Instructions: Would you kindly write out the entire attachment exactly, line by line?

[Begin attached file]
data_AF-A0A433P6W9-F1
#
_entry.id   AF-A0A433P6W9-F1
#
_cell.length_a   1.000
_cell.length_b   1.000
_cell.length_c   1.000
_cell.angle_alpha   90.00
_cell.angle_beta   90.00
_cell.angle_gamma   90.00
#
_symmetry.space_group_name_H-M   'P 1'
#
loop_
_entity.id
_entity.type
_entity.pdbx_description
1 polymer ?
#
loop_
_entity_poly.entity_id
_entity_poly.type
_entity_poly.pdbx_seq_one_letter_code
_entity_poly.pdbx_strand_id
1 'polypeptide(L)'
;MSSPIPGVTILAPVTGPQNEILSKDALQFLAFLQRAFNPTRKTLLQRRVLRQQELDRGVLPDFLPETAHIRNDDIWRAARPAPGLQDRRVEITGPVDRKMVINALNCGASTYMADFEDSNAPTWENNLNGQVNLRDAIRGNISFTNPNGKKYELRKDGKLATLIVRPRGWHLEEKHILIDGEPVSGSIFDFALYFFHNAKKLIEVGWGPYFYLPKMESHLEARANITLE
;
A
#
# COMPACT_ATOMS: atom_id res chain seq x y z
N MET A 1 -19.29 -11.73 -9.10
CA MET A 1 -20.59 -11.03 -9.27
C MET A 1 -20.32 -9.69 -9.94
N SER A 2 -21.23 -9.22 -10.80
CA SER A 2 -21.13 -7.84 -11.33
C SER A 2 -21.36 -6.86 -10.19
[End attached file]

data_AF-A0A433P6W9-F1
#
_entry.id   AF-A0A433P6W9-F1
#
_cell.length_a   1.000
_cell.length_b   1.000
_cell.length_c   1.000
_cell.angle_alpha   90.00
_cell.angle_beta   90.00
_cell.angle_gamma   90.00
#
_symmetry.space_group_name_H-M   'P 1'
#
loop_
_entity.id
_entity.type
_entity.pdbx_description
1 polymer ?
#
loop_
_entity_poly.entity_id
_entity_poly.type
_entity_poly.pdbx_seq_one_letter_code
_entity_poly.pdbx_strand_id
1 'polypeptide(L)'
;MSSPIPGVTILAPVTGPQNEILSKDALQFLAFLQRAFNPTRKTLLQRRVLRQQELDRGVLPDFLPETAHIRNDDIWRAARPAPGLQDRRVEITGPVDRKMVINALNCGASTYMADFEDSNAPTWENNLNGQVNLRDAIRGNISFTNPNGKKYELRKDGKLATLIVRPRGWHLEEKHILIDGEPVSGSIFDFALYFFHNAKKLIEVGWGPYFYLPKMESHLEARANITLE
;
A
#
# COMPACT_ATOMS: atom_id res chain seq x y z
N MET A 1 -19.29 -11.73 -9.10
CA MET A 1 -20.59 -11.03 -9.27
C MET A 1 -20.32 -9.69 -9.94
N SER A 2 -21.23 -9.22 -10.80
CA SER A 2 -21.13 -7.84 -11.33
C SER A 2 -21.36 -6.86 -10.19